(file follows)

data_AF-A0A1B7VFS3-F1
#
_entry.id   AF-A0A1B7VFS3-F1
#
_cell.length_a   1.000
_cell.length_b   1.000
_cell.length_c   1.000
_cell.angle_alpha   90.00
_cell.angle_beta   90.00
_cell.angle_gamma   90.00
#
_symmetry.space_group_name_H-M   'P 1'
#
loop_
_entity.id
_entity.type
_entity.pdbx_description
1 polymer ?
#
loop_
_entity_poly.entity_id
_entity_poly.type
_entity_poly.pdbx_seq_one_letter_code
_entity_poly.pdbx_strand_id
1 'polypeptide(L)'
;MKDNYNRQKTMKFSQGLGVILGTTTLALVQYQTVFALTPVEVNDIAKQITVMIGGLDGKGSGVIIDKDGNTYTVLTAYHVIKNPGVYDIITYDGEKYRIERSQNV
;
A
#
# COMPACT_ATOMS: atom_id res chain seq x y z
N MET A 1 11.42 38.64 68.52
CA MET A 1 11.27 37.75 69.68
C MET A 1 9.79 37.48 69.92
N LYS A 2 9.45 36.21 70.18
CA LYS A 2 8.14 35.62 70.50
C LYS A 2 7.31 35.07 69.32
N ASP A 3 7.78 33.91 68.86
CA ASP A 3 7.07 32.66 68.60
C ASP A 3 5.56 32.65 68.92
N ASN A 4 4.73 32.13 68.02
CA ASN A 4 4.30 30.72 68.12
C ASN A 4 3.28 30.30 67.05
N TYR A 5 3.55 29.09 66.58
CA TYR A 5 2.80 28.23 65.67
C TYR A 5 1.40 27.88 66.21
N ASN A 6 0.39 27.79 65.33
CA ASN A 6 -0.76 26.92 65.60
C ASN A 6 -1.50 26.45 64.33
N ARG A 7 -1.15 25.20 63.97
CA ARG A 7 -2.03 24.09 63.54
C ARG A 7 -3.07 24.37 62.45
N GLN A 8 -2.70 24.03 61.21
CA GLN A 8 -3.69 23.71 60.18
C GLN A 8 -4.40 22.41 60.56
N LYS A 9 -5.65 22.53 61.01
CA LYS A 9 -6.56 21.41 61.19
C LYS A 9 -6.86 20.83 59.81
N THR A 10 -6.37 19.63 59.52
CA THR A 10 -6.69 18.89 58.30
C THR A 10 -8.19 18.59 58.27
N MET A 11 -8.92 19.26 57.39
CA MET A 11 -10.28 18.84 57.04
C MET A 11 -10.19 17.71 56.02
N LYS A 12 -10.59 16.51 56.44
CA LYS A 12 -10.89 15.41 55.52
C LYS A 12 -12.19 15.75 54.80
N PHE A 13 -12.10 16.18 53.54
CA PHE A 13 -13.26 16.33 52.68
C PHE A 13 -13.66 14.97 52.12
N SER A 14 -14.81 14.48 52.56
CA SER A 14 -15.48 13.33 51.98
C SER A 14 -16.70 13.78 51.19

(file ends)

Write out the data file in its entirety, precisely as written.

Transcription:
data_AF-A0A1B7VFS3-F1
#
_entry.id   AF-A0A1B7VFS3-F1
#
_cell.length_a   1.000
_cell.length_b   1.000
_cell.length_c   1.000
_cell.angle_alpha   90.00
_cell.angle_beta   90.00
_cell.angle_gamma   90.00
#
_symmetry.space_group_name_H-M   'P 1'
#
loop_
_entity.id
_entity.type
_entity.pdbx_description
1 polymer ?
#
loop_
_entity_poly.entity_id
_entity_poly.type
_entity_poly.pdbx_seq_one_letter_code
_entity_poly.pdbx_strand_id
1 'polypeptide(L)'
;MKDNYNRQKTMKFSQGLGVILGTTTLALVQYQTVFALTPVEVNDIAKQITVMIGGLDGKGSGVIIDKDGNTYTVLTAYHVIKNPGVYDIITYDGEKYRIERSQNV
;
A
#
# COMPACT_ATOMS: atom_id res chain seq x y z
N MET A 1 11.42 38.64 68.52
CA MET A 1 11.27 37.75 69.68
C MET A 1 9.79 37.48 69.92
N LYS A 2 9.45 36.21 70.18
CA LYS A 2 8.14 35.62 70.50
C LYS A 2 7.31 35.07 69.32
N ASP A 3 7.78 33.91 68.86
CA ASP A 3 7.07 32.66 68.60
C ASP A 3 5.56 32.65 68.92
N ASN A 4 4.73 32.13 68.02
CA ASN A 4 4.30 30.72 68.12
C ASN A 4 3.28 30.30 67.05
N TYR A 5 3.55 29.09 66.58
CA TYR A 5 2.80 28.23 65.67
C TYR A 5 1.40 27.88 66.21
N ASN A 6 0.39 27.79 65.33
CA ASN A 6 -0.76 26.92 65.60
C ASN A 6 -1.50 26.45 64.33
N ARG A 7 -1.15 25.20 63.97
CA ARG A 7 -2.03 24.09 63.54
C ARG A 7 -3.07 24.37 62.45
N GLN A 8 -2.70 24.03 61.21
CA GLN A 8 -3.69 23.71 60.18
C GLN A 8 -4.40 22.41 60.56
N LYS A 9 -5.65 22.53 61.01
CA LYS A 9 -6.56 21.41 61.19
C LYS A 9 -6.86 20.83 59.81
N THR A 10 -6.37 19.63 59.52
CA THR A 10 -6.69 18.89 58.30
C THR A 10 -8.19 18.59 58.27
N MET A 11 -8.92 19.26 57.39
CA MET A 11 -10.28 18.84 57.04
C MET A 11 -10.19 17.71 56.02
N LYS A 12 -10.59 16.51 56.44
CA LYS A 12 -10.89 15.41 55.52
C LYS A 12 -12.19 15.75 54.80
N PHE A 13 -12.10 16.18 53.54
CA PHE A 13 -13.26 16.33 52.68
C PHE A 13 -13.66 14.97 52.12
N SER A 14 -14.81 14.48 52.56
CA SER A 14 -15.48 13.33 51.98
C SER A 14 -16.70 13.78 51.19